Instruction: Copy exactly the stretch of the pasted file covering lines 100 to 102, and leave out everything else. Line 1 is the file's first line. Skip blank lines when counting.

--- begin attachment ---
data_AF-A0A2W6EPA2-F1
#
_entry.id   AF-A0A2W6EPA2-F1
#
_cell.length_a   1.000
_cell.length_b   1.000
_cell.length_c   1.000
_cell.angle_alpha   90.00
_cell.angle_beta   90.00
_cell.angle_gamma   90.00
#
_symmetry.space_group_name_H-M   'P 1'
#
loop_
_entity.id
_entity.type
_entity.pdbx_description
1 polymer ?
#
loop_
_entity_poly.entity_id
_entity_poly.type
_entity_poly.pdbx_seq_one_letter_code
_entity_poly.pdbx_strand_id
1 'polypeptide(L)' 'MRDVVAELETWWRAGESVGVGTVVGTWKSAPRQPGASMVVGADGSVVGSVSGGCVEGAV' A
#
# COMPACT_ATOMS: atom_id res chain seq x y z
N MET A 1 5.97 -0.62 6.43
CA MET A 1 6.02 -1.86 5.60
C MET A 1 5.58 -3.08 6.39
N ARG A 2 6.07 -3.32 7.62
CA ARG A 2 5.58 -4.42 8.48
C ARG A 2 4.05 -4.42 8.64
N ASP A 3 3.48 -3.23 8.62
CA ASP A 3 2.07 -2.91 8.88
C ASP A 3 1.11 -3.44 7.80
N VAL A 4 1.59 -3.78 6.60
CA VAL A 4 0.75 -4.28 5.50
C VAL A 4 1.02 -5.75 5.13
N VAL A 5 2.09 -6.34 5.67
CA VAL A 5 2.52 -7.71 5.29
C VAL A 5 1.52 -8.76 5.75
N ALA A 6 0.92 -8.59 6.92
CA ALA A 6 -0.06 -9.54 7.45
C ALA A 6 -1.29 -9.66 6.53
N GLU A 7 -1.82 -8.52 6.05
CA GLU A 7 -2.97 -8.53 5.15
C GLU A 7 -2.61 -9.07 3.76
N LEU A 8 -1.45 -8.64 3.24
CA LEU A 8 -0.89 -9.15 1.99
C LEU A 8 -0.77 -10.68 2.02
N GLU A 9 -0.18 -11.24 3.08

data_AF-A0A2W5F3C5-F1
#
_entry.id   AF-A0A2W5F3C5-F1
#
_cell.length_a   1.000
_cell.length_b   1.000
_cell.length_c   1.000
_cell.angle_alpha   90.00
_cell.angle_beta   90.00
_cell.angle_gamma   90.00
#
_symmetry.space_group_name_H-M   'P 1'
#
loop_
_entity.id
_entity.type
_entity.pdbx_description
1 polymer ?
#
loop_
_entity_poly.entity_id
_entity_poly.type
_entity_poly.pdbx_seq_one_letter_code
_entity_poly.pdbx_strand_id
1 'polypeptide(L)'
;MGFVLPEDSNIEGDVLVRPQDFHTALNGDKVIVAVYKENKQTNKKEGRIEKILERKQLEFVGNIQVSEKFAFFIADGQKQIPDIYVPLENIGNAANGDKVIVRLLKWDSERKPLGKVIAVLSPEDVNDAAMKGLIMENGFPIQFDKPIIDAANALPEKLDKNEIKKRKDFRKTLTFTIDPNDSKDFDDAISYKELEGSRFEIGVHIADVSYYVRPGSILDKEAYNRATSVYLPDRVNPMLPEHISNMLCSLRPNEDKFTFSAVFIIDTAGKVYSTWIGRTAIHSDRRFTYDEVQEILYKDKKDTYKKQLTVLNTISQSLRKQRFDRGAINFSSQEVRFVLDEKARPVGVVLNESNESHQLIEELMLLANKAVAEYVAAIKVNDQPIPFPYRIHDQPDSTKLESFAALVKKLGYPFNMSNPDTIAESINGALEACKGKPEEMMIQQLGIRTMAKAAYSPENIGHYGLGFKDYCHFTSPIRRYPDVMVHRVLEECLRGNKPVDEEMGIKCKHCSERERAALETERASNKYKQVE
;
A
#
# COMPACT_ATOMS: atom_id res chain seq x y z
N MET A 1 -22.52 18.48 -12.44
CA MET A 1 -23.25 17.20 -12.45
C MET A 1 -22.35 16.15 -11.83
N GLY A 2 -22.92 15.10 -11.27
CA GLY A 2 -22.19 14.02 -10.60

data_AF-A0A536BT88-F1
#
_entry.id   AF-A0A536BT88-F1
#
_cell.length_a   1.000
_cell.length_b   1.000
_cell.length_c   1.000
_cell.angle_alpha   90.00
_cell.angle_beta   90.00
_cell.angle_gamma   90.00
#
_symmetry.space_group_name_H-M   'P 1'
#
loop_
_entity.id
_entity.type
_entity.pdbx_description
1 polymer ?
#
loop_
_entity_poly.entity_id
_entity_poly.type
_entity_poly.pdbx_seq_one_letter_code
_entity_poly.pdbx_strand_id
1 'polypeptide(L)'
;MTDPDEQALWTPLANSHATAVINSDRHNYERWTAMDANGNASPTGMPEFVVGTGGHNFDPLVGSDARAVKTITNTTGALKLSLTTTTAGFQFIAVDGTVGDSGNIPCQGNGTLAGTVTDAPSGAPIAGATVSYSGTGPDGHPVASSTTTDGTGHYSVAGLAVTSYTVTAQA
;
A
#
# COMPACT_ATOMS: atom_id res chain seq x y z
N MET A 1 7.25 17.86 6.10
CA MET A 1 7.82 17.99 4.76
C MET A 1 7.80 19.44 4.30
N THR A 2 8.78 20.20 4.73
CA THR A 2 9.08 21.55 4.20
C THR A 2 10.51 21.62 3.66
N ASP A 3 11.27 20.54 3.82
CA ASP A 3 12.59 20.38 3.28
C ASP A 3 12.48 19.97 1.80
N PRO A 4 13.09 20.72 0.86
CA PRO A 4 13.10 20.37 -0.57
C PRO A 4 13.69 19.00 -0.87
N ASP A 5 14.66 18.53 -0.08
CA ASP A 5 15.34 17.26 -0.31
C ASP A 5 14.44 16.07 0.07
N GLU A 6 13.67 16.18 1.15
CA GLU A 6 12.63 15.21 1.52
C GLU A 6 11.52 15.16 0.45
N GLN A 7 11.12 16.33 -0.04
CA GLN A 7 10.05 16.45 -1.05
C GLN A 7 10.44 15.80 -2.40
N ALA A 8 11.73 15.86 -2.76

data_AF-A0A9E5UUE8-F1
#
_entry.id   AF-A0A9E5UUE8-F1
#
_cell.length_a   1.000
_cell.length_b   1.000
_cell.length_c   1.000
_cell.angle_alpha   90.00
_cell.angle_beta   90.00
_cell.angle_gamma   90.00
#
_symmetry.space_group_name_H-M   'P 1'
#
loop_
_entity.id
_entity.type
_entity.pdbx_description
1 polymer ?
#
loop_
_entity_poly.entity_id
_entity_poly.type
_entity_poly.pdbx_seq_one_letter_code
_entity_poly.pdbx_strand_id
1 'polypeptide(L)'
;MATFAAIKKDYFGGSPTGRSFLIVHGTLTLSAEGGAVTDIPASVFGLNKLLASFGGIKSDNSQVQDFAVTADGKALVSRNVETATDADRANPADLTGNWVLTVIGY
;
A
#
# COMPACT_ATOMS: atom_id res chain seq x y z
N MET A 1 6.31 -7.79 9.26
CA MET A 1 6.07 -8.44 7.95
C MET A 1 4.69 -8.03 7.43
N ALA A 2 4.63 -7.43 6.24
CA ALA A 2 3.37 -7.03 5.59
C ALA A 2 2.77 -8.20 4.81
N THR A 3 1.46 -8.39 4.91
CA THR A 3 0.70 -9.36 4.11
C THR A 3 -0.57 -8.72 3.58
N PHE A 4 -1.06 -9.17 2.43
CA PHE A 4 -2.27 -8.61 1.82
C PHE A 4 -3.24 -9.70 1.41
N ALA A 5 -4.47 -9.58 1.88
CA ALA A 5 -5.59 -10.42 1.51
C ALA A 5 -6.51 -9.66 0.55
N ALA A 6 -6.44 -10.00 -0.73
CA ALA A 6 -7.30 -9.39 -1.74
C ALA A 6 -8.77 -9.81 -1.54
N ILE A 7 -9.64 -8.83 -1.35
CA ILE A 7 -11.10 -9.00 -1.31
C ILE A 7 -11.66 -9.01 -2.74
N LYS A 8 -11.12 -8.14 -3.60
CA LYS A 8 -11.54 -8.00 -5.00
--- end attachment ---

#
loop_
_entity.id